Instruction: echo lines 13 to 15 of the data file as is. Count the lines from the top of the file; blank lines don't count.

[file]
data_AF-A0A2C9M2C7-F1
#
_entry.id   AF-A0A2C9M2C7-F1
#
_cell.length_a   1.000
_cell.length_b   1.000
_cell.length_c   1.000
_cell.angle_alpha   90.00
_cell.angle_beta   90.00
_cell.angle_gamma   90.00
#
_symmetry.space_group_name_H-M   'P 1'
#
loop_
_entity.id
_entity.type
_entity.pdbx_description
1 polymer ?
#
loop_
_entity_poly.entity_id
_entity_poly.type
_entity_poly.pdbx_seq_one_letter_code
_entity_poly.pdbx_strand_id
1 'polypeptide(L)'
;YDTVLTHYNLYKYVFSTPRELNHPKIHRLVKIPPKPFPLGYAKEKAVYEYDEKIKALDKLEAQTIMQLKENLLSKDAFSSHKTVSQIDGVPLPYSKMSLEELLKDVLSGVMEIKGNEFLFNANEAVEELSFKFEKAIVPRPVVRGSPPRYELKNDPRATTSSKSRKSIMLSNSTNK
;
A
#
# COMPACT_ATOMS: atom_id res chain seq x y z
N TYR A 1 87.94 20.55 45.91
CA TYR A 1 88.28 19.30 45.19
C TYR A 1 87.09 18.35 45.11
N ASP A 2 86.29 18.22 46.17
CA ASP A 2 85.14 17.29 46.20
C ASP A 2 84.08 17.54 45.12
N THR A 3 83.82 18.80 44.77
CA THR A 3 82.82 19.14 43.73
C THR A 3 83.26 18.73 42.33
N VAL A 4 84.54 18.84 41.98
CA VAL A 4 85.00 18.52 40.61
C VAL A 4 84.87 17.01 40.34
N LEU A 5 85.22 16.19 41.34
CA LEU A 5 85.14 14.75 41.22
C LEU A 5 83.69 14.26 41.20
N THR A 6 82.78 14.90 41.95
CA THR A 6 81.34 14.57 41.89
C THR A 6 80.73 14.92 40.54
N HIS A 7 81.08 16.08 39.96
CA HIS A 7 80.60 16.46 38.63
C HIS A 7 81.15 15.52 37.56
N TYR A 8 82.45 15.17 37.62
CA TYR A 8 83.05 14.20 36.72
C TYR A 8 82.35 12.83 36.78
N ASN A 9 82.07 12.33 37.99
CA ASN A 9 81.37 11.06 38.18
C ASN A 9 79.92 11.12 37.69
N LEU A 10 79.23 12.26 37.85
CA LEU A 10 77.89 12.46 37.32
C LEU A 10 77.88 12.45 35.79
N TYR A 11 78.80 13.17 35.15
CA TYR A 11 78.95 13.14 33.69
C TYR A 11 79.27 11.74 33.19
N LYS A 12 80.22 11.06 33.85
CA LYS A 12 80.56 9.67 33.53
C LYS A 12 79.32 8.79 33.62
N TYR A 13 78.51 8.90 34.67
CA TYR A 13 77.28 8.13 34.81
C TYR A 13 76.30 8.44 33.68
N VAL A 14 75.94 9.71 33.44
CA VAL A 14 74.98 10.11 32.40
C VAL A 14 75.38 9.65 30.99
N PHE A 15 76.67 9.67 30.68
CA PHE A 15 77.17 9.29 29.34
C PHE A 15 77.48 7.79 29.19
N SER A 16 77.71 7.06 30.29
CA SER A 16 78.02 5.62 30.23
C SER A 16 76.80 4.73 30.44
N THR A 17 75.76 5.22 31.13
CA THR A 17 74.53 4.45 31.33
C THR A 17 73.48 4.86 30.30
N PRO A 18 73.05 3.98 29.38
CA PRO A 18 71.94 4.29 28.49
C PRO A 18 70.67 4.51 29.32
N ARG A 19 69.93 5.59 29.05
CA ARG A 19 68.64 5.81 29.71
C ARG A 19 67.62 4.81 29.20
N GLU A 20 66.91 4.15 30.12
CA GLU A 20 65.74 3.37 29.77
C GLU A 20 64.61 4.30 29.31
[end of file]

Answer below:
#
loop_
_entity.id